Lessons to be learnt from challenges faced

We found that interviewees who participated in our consultation find it challenging to develop impact metrics that allow them to test whether their anti-corruption approach is achieving its intended aims: to prevent, detect and respond to corruption incidents or increases in corruption risk.

In our report we explore methodological, organisational and practical challenges and indicate solutions for how companies can overcome them. For example, one methodological challenge is knowing how to establish a causal connection between activity and impact. Corruption incidents are relatively rare which means it can be hard to establish statistically reliable cause and effect patterns, particularly when undertaking a more data-driven analysis.

The report highlights several cross-cutting methods that companies can use to assess the overall effectiveness of their anti-corruption approach across several areas of the anti-corruption programme. This presents solutions for companies to develop appropriate methods for collecting these metrics. These include: monitoring with data analytics; employee surveys; staff interviews, workshops and appraisals; multidisciplinary collaboration; audit and assurance; and benchmarking.

Many interviewees also highlighted the importance of multidisciplinary teams comprising individuals from different business functions (e.g. finance, internal audit, human resources, and sales).

Currently, the use of metrics to evaluate anti-corruption approaches is still fairly elementary. The focus to date has largely been on activity or process-based metrics rather than impact metrics. The findings in Make it Count are intended to foster greater knowledge-sharing in relation to the measurement of anti-corruption programmes aimed at enhancing their effectiveness, and to spark discussion on how to advance practice in this field. We look forward to working with companies, investors and others to make this happen.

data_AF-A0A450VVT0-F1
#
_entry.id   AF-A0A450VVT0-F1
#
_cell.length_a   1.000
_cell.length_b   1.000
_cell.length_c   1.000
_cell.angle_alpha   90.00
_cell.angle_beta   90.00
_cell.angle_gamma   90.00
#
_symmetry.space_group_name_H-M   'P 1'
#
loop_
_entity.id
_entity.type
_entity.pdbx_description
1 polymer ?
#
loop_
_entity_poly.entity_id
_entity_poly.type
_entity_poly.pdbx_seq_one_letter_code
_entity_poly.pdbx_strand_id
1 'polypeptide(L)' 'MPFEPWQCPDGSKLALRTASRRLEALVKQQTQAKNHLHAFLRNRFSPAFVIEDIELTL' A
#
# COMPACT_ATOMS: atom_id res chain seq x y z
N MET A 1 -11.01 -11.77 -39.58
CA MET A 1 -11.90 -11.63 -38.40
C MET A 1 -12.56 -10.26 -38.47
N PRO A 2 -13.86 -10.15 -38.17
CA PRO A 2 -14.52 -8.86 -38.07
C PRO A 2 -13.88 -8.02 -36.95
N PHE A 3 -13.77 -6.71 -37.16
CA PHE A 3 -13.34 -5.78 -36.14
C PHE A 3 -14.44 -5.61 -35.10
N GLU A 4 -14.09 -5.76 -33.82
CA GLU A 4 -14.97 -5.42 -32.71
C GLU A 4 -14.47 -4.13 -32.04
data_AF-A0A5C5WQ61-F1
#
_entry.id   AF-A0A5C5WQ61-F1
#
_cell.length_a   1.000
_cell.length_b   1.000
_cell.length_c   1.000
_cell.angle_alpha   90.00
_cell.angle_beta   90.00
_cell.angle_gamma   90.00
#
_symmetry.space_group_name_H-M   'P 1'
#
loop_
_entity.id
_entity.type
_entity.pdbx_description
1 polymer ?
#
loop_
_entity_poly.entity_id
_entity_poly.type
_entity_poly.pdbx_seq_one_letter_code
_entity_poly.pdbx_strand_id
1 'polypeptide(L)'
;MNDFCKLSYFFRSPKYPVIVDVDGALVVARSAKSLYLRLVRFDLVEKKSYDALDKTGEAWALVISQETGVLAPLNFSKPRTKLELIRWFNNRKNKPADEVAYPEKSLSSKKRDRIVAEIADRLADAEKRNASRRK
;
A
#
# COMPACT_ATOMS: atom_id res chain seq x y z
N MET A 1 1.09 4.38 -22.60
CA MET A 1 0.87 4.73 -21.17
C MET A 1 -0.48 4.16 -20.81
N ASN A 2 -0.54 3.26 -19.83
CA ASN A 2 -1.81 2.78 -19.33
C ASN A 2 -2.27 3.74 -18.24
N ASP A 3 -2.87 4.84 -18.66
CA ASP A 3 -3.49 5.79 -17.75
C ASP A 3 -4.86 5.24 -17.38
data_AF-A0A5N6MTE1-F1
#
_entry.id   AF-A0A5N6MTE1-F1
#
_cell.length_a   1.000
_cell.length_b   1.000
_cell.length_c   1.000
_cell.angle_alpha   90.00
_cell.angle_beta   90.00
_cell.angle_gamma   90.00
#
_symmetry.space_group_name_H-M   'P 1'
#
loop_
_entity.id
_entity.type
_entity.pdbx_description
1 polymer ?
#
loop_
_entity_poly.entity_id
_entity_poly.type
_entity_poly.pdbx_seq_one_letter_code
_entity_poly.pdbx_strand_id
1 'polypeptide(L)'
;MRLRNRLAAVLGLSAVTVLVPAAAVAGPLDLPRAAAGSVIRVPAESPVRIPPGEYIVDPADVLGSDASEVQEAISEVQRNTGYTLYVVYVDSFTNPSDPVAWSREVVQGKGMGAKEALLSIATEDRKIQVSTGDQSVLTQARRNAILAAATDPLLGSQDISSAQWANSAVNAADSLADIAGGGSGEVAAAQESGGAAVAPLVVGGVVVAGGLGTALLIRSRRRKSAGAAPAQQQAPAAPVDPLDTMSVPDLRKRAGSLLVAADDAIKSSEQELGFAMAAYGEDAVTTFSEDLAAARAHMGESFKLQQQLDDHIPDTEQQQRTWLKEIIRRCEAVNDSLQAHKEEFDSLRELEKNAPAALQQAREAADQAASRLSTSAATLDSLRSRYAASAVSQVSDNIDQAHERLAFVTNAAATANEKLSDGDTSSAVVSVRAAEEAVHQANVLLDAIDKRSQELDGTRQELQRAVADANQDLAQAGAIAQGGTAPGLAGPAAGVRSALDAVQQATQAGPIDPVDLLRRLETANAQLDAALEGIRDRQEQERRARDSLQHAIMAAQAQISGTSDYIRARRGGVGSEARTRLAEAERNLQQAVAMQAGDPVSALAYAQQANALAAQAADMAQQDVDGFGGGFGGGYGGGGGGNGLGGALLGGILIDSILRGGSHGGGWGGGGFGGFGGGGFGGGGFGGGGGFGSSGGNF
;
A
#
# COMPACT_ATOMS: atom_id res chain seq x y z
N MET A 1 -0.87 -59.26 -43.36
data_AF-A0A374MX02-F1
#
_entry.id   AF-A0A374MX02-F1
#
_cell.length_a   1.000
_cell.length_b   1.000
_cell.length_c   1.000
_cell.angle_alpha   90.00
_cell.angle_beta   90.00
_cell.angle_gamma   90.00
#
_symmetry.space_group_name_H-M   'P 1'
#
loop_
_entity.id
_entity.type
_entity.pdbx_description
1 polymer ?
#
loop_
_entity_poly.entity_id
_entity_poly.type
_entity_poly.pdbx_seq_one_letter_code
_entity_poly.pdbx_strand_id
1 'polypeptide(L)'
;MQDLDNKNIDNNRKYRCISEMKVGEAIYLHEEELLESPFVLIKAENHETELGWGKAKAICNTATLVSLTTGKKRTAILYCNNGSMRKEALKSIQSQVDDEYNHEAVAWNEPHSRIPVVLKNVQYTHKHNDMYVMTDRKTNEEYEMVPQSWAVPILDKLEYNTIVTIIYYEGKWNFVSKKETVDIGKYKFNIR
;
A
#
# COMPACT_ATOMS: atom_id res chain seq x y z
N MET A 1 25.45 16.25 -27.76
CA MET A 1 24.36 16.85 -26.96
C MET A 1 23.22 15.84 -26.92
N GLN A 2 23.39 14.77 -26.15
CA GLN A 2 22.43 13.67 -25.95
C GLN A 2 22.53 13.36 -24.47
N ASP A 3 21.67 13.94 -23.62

Transparency International UK therefore calls on:

  • Senior business leaders to recognise that it is possible to measure anti-corruption programme effectiveness and to empower relevant departments to implement steps to analyse the impact of their approaches.
  • Investors to require the companies in which they invest to measure the effectiveness of their anti-corruption approaches.
  • Anti-bribery and anti-corruption officers to use this research to learn how they can improve their own effectiveness measurement and work towards measuring the real impact of their anti-corruption approach.

Transparency International UK has long advocated that companies be as transparent as possible about how they are managing their anti-corruption risks. This research demonstrates the need for companies to also be open about how they are measuring the effectiveness of their approach. In this way, companies’ anti-corruption efforts can improve, good practice should become the norm, and effective approaches to prevent corruption would be established across all industries and sectors.